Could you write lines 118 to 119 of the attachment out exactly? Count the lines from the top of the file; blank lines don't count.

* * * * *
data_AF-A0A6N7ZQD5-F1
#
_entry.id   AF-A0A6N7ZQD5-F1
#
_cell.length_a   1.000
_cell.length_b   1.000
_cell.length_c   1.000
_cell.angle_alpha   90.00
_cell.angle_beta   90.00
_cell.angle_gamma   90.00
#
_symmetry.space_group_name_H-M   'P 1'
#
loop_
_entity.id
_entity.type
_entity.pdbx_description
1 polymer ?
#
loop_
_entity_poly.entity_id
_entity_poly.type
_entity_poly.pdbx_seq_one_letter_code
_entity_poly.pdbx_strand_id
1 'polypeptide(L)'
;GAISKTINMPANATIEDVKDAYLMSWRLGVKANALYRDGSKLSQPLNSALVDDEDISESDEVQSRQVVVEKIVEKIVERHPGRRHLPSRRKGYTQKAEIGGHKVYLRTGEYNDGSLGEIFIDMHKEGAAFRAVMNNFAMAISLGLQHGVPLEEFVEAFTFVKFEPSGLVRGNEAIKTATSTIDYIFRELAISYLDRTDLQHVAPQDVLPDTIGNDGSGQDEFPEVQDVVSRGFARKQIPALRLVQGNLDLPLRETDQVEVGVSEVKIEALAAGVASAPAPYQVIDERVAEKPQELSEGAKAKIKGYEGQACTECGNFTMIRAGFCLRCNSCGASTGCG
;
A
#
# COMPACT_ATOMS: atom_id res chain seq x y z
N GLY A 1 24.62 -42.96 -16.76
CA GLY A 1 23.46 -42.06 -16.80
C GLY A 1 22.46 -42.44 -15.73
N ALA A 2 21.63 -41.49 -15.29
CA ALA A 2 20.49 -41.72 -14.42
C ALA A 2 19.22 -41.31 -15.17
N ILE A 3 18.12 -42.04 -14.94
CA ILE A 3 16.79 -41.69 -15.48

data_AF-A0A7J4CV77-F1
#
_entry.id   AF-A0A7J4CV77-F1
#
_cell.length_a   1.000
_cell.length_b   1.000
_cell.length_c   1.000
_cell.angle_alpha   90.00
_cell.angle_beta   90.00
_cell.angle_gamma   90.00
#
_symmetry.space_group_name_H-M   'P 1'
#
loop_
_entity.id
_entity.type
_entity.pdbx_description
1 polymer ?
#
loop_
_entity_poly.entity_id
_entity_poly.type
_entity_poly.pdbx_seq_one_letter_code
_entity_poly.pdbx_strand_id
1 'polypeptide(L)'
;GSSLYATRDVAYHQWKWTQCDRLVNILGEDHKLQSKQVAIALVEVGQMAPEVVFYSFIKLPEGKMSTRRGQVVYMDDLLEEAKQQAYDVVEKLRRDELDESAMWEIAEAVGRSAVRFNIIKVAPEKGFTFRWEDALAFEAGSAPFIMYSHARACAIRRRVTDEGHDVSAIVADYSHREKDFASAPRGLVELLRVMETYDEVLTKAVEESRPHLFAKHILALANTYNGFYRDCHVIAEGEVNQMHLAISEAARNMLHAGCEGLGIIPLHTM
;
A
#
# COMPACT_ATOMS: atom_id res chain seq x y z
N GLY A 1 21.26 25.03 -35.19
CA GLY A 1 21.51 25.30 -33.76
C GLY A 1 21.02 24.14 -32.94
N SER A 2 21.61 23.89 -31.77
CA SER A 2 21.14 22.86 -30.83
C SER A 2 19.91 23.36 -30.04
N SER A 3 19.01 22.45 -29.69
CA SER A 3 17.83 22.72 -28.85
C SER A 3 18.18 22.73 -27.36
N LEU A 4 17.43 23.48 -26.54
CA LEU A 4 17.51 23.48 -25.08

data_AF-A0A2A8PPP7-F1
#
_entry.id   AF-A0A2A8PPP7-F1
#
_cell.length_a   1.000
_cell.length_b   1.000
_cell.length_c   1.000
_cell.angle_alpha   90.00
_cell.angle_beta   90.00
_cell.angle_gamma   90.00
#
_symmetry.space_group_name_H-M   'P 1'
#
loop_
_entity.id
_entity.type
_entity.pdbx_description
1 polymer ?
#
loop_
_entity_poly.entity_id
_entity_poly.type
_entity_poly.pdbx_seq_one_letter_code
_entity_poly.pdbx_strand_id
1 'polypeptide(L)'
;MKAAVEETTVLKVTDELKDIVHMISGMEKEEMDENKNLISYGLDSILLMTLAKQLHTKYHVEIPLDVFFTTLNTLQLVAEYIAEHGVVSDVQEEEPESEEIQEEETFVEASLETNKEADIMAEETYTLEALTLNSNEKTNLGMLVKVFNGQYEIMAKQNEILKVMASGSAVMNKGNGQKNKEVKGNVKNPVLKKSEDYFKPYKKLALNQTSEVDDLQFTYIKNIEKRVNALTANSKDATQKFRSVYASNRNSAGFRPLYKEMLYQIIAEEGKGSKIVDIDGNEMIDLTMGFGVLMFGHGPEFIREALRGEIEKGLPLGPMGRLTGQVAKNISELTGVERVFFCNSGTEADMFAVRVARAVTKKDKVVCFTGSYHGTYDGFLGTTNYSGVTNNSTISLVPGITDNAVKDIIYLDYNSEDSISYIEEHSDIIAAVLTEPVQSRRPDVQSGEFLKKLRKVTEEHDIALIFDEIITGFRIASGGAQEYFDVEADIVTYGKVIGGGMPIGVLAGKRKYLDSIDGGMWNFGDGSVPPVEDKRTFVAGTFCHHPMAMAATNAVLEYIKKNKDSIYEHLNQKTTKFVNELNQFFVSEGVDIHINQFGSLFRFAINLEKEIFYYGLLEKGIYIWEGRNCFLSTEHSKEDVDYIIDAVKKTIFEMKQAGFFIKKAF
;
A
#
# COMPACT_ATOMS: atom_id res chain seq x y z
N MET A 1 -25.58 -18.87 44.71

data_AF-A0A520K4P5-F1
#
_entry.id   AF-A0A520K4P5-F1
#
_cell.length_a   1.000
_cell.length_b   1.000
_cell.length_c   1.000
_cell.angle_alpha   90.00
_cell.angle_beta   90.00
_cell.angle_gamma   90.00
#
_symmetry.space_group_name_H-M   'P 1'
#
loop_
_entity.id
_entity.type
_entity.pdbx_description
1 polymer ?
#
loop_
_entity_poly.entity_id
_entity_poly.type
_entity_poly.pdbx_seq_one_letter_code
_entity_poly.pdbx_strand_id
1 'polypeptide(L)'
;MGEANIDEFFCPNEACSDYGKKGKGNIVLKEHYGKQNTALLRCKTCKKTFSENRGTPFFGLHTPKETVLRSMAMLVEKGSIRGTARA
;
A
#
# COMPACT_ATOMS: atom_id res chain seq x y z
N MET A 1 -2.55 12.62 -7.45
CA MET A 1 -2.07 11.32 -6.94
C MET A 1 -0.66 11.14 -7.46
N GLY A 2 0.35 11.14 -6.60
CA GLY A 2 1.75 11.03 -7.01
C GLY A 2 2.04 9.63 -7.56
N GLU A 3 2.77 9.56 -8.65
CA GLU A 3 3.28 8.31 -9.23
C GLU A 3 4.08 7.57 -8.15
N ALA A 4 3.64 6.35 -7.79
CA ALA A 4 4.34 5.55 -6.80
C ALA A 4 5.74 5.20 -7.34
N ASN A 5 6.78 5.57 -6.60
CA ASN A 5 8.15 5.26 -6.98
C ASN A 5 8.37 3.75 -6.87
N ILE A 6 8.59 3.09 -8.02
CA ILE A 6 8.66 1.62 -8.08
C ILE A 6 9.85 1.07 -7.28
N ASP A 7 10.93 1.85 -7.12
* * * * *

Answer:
_cell.angle_alpha   90.00
_cell.angle_beta   90.00